Barbra Mann Wall, PhD, RN, FAAN
Associate Professor, Evan C. Thompson Endowed Term Chair for Excellence in Teaching, Associate Director, Barbara Bates Center for the Study of the History of Nursing
University of Pennsylvania School of Nursing
Room 2016 Fagin Hall
418 Curie Blvd.
Philadelphia, Pennsylvania 19104-4217
tel: (215) 746-8321
Dr. Barbra Mann Wall is an Associate Professor of Nursing and the Associate Director of the Barbara Bates Center for the Study of the History of Nursing at the University of Pennsylvania. She received her BS in Nursing from the University of Texas at Austin, her MS in Nursing from Texas Woman’s University, and her PhD in History from the University of Notre Dame. Her research illustrates the gendered story of hospital establishments and the nursing profession. She has been funded by the NIH and private grants. Her award-winning book, Unlikely Entrepreneurs: Catholic Sisters and the Hospital Marketplace, 1865-1925, integrated history and nursing practice to inform how America’s two-tiered approach to health delivery (private and public) served a diverse American populace. Her most recent work, American Catholic Hospitals: A Century of Changing Markets and Missions (Rutgers University Press), analyzes the heretofore invisible role of Catholic sister nurses as leaders of the largest not-for-profit health care system in the country and the tensions that developed as religious institutions attempted to directly shape health policies in a diverse milieu.
Dr. Wall has over 25 years of teaching experience in both undergraduate and graduate programs. She teaches a class on Sociocultural Influences on Health and she also teaches Nursing and Gender Health Care in the U.S. and Internationally, 1860-2000. These courses use nursing’s history as a framework for analyzing gendered themes in health and health care. They consider the influence of gender on class based, ethnic, and racial ideas about health and illness; the development of health care institutions; the interplay between religion and science; and the experiences of patients and providers.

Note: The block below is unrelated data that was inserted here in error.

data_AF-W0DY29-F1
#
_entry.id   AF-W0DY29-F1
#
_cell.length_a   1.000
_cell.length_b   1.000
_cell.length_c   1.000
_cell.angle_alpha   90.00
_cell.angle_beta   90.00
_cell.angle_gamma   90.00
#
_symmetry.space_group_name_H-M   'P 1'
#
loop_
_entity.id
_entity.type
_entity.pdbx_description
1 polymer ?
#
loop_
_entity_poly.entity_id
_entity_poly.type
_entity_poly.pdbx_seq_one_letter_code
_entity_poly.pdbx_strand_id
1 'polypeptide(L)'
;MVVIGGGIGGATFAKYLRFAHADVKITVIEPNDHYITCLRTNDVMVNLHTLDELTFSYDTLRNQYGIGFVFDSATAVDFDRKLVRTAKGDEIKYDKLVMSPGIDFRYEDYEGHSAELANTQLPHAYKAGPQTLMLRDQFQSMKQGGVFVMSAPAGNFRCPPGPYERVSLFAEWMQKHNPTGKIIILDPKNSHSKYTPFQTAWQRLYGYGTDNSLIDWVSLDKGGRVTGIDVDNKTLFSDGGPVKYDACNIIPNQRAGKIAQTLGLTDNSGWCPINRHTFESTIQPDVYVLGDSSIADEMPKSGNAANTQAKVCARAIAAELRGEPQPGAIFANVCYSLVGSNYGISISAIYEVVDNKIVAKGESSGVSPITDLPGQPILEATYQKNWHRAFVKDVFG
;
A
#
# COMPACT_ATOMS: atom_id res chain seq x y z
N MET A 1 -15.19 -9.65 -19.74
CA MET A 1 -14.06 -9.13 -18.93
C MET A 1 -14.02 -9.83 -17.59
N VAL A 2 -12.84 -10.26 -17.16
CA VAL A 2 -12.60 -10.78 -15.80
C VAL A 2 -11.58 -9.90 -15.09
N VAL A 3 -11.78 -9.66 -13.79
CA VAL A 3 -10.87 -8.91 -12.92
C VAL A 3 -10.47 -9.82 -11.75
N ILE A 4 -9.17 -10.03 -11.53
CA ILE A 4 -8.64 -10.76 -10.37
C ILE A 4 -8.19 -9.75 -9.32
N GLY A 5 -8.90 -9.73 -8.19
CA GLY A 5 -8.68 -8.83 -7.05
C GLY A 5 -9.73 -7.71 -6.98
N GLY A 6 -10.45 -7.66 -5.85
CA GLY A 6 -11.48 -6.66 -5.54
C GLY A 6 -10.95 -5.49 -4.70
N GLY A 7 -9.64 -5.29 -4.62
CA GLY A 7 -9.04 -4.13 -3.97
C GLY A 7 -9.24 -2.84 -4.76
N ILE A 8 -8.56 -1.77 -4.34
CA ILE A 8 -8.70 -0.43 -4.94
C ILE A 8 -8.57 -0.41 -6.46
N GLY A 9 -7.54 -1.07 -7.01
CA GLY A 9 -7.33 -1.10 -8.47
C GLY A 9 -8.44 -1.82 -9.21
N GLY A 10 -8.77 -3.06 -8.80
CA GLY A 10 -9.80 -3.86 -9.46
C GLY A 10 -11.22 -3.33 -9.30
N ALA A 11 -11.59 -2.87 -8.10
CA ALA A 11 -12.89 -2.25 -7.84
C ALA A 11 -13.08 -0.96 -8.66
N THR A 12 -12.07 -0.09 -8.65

Dr. Wall’s research involves the history of Catholic hospitals and sister-nurses as well as oral histories of retired nurses. She is now extending her work to Africa. The overriding theoretical foundation is the interplay between religious and secular institutions and the place of that interplay in social history. Her recent work also addresses the history of disaster nursing and the range of discourses people drew upon when interpreting disasters of the past. Dr. Wall’s research has been utilized in the classroom and in other academic and public settings.
Currently Funded Grants
Barbara Bates Center for the Study of the History of Nursing
Dr. Wall’s clinical experience has included nursing in the areas of critical care, trauma, home care, and psychiatric nursing.
The Mary Adelaide Nutting Award for Exemplary Historical Research and Writing was awarded to Barbra Mann Wall for the article “Catholic Sister Nurses in Selma, Alabama, 1940-1972,” which was published in Nursing History Review in 2009. The article astutely analyses the complex roles that race, gender, and religion played in the practice of health in the southern United States in the mid-20th century.
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